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US art dealer charged in US$145m smuggling ring
[LOS ANGELES] In a sweeping new criminal case, Subhash Kapoor, a former New York art dealer who the authorities describe as one of the world's largest smugglers of antiquities, was charged on Monday with running a multinational ring that trafficked in thousands of stolen objects, valued at more than US$145 million, over 30 years.
Kapoor, 70, is currently jailed in India, where he has been awaiting trial on similar charges for nearly eight years.
Before his downfall in 2011, he was widely feted in New York art circles for consistently obtaining remarkable items for sale and for his donations to museums. After his imprisonment in India though, federal officials referred to him as "one of the most prolific commodities smugglers in the world".
Even though the general scope of Kapoor's smuggling had been laid out in previous investigations, many details in the complaint filed by the Manhattan District Attorney's Office were new, and jarring.
For example, officials revealed that 39 looted antiquities, valued at US$36 million, are still missing. Officials said Kapoor had been able to hide those items, even after his initial arrest in Germany in 2011, by instructing employees to entrust the most valuable ones to his family members, who moved them to "an unknown location".
So far, some 2,600 antiquities, valued at more than US$107 million, have been seized from storage locations Kapoor controlled in New York during a decade-long investigation, the authorities said. The smuggling ring harvested objects from Afghanistan, Cambodia, India, Nepal, Pakistan and Thailand, the complaint said, and it created false paper trails that gave the items an appearance of legitimacy, then sold them globally for large profits to collectors, art dealers and museums.
Kapoor was charged along with seven co-conspirators, most of them overseas, who would also require extradition. Arrest warrants for all eight men were filed on Monday in the Criminal Court of the City of New York, along with a painstakingly detailed complaint that reconstructed a smuggling scheme stretching back to 1986.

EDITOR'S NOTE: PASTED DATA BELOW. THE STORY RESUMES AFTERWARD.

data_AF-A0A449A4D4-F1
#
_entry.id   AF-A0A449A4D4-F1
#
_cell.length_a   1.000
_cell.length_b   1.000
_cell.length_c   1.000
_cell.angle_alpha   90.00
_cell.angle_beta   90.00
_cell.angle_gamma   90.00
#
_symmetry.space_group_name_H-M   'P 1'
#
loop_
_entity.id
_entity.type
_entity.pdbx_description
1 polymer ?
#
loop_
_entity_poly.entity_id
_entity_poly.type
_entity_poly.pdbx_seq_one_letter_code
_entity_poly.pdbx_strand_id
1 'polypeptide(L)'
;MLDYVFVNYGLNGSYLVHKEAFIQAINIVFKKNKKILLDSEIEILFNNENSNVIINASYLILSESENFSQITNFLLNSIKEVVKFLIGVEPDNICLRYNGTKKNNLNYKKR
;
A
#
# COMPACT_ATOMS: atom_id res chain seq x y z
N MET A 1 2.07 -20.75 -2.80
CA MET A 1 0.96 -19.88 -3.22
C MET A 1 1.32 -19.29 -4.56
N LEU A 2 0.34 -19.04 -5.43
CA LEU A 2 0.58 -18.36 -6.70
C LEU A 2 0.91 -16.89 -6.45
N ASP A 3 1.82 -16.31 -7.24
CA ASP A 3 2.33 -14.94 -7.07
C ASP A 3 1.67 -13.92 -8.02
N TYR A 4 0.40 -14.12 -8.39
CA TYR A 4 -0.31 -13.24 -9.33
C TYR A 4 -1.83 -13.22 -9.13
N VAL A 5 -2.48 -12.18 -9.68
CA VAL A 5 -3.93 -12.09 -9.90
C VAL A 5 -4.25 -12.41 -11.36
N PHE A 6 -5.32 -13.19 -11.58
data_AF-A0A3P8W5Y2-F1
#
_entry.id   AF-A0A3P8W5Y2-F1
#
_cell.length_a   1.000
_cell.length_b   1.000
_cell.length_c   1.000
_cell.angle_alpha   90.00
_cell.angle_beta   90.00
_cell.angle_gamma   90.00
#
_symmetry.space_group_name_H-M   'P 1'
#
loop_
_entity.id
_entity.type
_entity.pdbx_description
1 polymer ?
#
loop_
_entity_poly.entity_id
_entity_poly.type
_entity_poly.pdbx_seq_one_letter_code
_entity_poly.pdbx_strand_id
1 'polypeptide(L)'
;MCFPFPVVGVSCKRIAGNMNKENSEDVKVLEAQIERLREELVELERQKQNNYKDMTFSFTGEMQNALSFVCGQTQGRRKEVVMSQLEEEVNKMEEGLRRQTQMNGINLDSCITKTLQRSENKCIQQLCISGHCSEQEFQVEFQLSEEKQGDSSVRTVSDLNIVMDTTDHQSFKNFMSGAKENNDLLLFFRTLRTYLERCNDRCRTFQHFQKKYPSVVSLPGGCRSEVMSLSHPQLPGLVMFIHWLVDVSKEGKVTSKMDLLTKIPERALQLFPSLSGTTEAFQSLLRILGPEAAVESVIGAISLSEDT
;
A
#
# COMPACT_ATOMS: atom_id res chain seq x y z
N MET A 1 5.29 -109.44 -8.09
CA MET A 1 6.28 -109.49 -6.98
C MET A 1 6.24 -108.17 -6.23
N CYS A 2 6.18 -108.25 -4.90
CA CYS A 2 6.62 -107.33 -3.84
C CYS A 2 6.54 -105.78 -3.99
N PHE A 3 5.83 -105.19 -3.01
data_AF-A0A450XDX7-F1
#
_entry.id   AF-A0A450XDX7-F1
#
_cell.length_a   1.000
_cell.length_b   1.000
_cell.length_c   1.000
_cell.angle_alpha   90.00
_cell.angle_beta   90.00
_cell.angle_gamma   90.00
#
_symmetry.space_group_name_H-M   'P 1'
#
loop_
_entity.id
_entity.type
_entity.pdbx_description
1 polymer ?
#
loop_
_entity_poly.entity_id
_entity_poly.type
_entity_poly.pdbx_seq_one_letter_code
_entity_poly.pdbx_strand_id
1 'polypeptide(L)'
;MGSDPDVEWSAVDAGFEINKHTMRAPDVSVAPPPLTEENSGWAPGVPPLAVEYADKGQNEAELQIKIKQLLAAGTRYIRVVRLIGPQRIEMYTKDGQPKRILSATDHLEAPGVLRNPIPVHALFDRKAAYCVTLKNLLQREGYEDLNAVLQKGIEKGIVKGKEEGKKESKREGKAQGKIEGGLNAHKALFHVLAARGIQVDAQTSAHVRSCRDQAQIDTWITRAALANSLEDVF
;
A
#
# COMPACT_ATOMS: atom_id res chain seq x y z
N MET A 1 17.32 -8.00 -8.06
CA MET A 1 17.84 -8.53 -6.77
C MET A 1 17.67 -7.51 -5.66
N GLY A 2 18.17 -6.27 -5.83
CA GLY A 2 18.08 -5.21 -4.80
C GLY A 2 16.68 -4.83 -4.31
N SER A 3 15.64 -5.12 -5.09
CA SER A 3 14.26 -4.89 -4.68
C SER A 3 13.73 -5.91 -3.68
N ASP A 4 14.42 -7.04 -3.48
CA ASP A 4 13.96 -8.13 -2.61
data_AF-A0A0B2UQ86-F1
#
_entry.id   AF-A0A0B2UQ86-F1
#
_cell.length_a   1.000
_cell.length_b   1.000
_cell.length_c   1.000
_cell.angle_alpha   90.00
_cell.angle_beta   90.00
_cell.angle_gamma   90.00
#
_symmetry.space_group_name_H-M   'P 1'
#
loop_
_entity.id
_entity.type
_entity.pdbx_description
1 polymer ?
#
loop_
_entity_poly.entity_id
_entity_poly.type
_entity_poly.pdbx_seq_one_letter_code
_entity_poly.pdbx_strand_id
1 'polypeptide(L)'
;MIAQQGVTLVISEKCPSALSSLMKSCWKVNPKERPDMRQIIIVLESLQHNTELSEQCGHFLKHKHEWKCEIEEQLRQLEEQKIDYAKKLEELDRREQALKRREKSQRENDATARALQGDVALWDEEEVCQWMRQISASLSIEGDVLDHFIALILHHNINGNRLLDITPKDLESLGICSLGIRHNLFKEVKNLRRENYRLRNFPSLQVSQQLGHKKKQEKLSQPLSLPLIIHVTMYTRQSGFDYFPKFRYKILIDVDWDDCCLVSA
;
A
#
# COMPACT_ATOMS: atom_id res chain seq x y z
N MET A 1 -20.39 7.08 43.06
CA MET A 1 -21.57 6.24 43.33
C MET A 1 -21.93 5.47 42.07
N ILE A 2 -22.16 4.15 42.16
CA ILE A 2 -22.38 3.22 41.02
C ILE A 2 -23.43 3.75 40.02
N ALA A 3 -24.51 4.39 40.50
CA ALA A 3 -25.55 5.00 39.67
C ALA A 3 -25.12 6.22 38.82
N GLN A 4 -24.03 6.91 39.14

Much of the evidence put forward by the authorities, including federal agents from Homeland Security Investigations, was based on tens of thousands of records seized from Kapoor's former Manhattan gallery, Art of the Past.
Those records, officials say, included detailed logs of trips Kapoor made to India to meet with conspirators, often to see the objects he would ultimately acquire. The records also show how artifacts were secreted into the United States using false import documents; how many were then shipped to London to be cleaned and restored for sale; and how the conspirators created fraudulent invoices and provenance papers asserting the items had left their nations of origin legally.
Two of the accused co-conspirators were identified as restorers who enhanced the value of the pieces — often still marked by the dirt from which they had been dug up by hired thieves — and brought them back to life as treasures.
Items said to have been smuggled by the ring and later sold include Hindu and Buddhist statues in stone and bronze that are considered national treasures. In 2005, officials say, a statue of the goddess Uma Parameshvari was stolen from a temple in India and smuggled via Hong Kong to London. After restoration it was shipped to New York and was offered for sale in 2008 for US$2.5 million, according to one of Kapoor's catalogues.
Investigators said buyers included many museums around the world, among them the Toledo Museum in Ohio and the National Gallery of Australia. Often, Kapoor would briefly lend an item to a museum to bolster its legitimacy, telling his customers the object had been vetted by reputable experts, the complaint said.
For now, the objects are being held in secure storage by both federal and local investigators.
Georges Lederman, Kapoor's lawyer in New York, said on Wednesday that he was "in the process reviewing the charges" and would not immediately comment.